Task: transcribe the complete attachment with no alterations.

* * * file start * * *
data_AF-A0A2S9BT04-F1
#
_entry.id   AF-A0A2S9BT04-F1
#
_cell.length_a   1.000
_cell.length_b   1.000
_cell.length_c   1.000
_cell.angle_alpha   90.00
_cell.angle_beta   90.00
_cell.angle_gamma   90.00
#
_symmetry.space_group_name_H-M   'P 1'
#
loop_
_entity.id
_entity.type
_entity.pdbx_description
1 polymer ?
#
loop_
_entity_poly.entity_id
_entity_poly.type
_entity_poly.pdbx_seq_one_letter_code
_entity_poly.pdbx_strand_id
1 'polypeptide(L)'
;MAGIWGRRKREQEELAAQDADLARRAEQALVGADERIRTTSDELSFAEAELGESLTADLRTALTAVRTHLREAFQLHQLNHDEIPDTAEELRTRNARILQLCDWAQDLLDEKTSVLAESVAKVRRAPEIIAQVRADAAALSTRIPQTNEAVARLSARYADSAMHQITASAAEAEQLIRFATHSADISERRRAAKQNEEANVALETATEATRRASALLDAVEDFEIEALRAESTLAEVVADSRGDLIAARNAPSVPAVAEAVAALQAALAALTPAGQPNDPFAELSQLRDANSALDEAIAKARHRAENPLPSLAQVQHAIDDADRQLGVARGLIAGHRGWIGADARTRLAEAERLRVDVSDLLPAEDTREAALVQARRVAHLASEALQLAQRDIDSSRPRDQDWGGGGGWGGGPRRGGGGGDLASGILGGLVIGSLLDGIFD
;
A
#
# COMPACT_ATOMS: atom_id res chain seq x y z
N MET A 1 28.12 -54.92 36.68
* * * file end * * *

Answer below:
data_AF-A0A2S9BT04-F1
#
_entry.id   AF-A0A2S9BT04-F1
#
_cell.length_a   1.000
_cell.length_b   1.000
_cell.length_c   1.000
_cell.angle_alpha   90.00
_cell.angle_beta   90.00
_cell.angle_gamma   90.00
#
_symmetry.space_group_name_H-M   'P 1'
#
loop_
_entity.id
_entity.type
_entity.pdbx_description
1 polymer ?
#
loop_
_entity_poly.entity_id
_entity_poly.type
_entity_poly.pdbx_seq_one_letter_code
_entity_poly.pdbx_strand_id
1 'polypeptide(L)'
;MAGIWGRRKREQEELAAQDADLARRAEQALVGADERIRTTSDELSFAEAELGESLTADLRTALTAVRTHLREAFQLHQLNHDEIPDTAEELRTRNARILQLCDWAQDLLDEKTSVLAESVAKVRRAPEIIAQVRADAAALSTRIPQTNEAVARLSARYADSAMHQITASAAEAEQLIRFATHSADISERRRAAKQNEEANVALETATEATRRASALLDAVEDFEIEALRAESTLAEVVADSRGDLIAARNAPSVPAVAEAVAALQAALAALTPAGQPNDPFAELSQLRDANSALDEAIAKARHRAENPLPSLAQVQHAIDDADRQLGVARGLIAGHRGWIGADARTRLAEAERLRVDVSDLLPAEDTREAALVQARRVAHLASEALQLAQRDIDSSRPRDQDWGGGGGWGGGPRRGGGGGDLASGILGGLVIGSLLDGIFD
;
A
#
# COMPACT_ATOMS: atom_id res chain seq x y z
N MET A 1 28.12 -54.92 36.68